Reader vs. Listener
To improve at anything, we must learn. To learn, we must know how we process information. In Managing Oneself, Peter Drucker claims that most people process information as readers or listeners. Readers process information through their eyes, in silence and alone—with books, wikis, or email newsletters 😉. Listeners process information through their ears—via lectures, conversations, or podcasts. While neither method is better than the other, and this dichotomy is reductive (i.e., I find learning by doing most effective), reading and listening are the most practical means for working with others. If you know how your colleagues learn best, cater to that. To start:
Find out how you learn. Pay attention to your next class or meeting and see how you retain information. If taking notes helps you process, you might be a reader. If listening and asking questions help you connect the dots, you might be a listener.
Ask your colleagues how they learn. If they’re readers, take time to craft clear memos to share status or explain problems. If they’re listeners, schedule time for quick syncs so you can verbalize information and let them ask questions.
I created an audio version of this newsletter to help you discover if you’re a reader or listener. If my annoying, nasally voice doesn’t irritate you, you might be a listener. Let me know what you think in the comments.
Maker vs. Manager vs. Minder
Investor Paul Graham once argued that a maker (such as a software engineer) requires long bouts of uninterrupted time to create valuable work and cannot be incessantly interrupted by a manager (such as a project lead)—whose primary job is orchestrating the activities of others. Cal Newport expanded on this idea, adding a third persona: a minder. This administrative profile (such as an executive assistant) creates value through processing a large volume of small tasks—billing clients or filing reports—and thus requires a different schedule.
While I believe both these thoughts have merit, the ideas ooze an undertone of intellectual superiority and are too theory-heavy to be immediately practical.
The reality is that today’s knowledge worker must balance all three. For instance, a PM might primarily follow a manager schedule of heavy meetings, but they still have maker work, such as writing specs or performing analyses, and aren’t immune from minder work like submitting expense reports or scheduling meetings.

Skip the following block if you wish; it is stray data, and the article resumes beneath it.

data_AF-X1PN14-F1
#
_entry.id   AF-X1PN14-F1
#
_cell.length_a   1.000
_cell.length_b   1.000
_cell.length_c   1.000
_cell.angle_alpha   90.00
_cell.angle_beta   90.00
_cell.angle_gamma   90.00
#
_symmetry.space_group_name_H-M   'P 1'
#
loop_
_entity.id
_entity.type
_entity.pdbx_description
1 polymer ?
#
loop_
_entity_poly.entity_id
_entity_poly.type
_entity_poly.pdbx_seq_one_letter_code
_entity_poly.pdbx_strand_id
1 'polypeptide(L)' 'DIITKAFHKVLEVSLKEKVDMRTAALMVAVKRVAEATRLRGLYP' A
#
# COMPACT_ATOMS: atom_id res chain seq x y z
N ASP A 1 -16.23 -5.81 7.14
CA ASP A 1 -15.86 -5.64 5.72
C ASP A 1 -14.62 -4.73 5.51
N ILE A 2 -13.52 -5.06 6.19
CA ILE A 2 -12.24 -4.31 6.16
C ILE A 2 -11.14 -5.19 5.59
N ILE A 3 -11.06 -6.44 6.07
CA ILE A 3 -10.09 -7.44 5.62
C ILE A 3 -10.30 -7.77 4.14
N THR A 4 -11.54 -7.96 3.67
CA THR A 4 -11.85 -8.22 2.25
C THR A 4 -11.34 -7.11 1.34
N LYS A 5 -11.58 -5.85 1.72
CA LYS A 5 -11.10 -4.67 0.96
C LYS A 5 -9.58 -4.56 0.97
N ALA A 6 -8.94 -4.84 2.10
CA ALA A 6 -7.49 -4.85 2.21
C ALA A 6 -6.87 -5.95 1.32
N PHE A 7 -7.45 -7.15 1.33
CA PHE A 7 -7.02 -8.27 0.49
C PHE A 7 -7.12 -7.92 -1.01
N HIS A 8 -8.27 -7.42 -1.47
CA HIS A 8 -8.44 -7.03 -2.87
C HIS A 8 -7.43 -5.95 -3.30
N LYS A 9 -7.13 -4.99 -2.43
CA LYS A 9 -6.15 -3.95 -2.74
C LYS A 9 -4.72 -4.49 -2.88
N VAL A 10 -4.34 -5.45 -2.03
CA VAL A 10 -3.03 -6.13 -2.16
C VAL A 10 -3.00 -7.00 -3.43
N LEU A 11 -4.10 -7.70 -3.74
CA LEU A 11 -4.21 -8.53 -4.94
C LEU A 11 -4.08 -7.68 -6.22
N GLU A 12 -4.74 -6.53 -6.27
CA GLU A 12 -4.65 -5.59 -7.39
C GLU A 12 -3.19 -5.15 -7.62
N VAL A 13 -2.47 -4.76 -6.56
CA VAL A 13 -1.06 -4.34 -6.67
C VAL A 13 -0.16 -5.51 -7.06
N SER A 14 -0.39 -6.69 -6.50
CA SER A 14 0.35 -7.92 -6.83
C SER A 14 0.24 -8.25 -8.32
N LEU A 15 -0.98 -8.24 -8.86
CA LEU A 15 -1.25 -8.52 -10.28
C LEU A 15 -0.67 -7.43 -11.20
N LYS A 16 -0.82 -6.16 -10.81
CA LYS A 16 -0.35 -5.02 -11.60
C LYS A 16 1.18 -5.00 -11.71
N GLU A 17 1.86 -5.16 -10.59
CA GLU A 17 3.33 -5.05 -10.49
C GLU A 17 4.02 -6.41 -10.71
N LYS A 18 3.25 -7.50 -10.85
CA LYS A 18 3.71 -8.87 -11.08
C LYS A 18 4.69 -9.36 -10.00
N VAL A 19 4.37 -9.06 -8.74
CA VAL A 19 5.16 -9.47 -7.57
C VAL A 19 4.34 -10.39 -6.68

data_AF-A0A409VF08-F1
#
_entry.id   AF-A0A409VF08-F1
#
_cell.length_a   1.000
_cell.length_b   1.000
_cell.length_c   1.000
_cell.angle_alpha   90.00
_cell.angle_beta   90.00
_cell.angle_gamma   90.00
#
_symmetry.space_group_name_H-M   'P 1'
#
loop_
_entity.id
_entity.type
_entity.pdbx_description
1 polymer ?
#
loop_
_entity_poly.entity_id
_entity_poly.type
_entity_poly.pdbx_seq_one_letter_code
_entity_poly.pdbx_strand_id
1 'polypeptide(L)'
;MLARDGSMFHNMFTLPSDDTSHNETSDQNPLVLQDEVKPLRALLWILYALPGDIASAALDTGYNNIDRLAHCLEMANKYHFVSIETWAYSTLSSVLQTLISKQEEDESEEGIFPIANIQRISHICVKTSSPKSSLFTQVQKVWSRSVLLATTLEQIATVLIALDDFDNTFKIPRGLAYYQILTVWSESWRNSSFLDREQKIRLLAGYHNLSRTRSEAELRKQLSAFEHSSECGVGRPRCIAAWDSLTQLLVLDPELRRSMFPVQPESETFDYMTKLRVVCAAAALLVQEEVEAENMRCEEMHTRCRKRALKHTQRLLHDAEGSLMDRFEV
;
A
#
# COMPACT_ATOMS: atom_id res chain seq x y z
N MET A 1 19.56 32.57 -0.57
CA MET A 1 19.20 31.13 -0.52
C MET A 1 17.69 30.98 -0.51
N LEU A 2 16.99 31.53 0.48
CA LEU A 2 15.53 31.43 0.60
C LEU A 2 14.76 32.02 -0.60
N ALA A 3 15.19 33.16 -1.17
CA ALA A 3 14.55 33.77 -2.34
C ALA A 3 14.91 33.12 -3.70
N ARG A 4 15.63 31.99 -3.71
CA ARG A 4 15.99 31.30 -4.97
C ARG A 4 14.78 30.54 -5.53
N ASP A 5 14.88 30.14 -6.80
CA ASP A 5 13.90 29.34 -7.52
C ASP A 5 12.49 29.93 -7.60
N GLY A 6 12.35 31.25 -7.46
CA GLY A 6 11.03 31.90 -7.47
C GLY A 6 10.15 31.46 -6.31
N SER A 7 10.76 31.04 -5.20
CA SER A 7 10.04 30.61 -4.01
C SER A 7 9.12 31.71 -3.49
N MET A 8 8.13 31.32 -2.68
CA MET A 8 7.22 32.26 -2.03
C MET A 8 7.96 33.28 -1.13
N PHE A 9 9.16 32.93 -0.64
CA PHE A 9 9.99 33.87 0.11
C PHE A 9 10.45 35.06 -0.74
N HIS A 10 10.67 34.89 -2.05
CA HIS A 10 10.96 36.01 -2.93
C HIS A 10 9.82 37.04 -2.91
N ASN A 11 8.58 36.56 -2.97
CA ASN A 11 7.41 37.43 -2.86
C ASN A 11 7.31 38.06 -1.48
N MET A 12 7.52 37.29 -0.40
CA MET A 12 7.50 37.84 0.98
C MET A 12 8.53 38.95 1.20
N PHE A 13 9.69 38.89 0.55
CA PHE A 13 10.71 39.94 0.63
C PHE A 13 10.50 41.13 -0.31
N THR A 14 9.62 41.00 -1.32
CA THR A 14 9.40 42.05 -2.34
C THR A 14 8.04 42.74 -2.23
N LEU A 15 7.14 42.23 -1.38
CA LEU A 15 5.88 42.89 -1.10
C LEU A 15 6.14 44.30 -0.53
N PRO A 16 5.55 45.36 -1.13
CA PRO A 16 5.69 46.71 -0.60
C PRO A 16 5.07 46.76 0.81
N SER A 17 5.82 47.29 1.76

The underlying idea is to 1) recognize the distribution of work on your plate and 2) create a schedule that provides sufficient scheduling for your work profile. Here are some sample schedules:
Warrior vs. Soldier vs. Police
A “marketer” in a year-old, ten-person tech startup will vastly differ from a “marketer” in a fifty-year-old, five-thousand-person Fortune 500 conglomerate. Even other teams may have different expectations for the same role. The organization’s size, scope, and maturity dramatically influence jobs with the same title. Knowing the position you’re in (or interviewing for) can set appropriate expectations for yourself. A simple way to think about these role types is through a curmudgeonly old military metaphor: Warriors, Soldiers, and Police.
Warrior roles are highly unstructured, so you’ll have to create stuff from scratch, usually quickly and with minimal resources. You’ll wear many hats. Success metrics might vary from day to day—so get used to shifting goalposts.
Soldier roles are about standardizing and scaling. You won’t have to start from scratch, but the process, project, or product you inherit might be sub-scale and messy. Your task is to establish structure to make it resilient to growing business demands.
Police roles are highly structured and exist within established organizations. Your job is to maintain the system, define governance, cut costs, enforce policies, drive out inefficiency, and keep the trains running on time.
Most people prefer one of these types—depending on their natural disposition or season of life. A recent college grad might crave a chaotic warrior role because they have the time and energy to devote to it. Or they might prefer a more structured police role to learn the ropes. This same person might desire a soldier role in the future because they can leverage their experience to create scalable processes while avoiding the uncertainty of warrior positions as they build a family.
TL;DR: Don’t treat a police role like a warrior role—you’ll set yourself and your team up for failure. Don’t schedule yourself like a manager if you’re in a maker role—you’ll create more stress than value. Know thy modalities, know thyself.
Stuff I found interesting: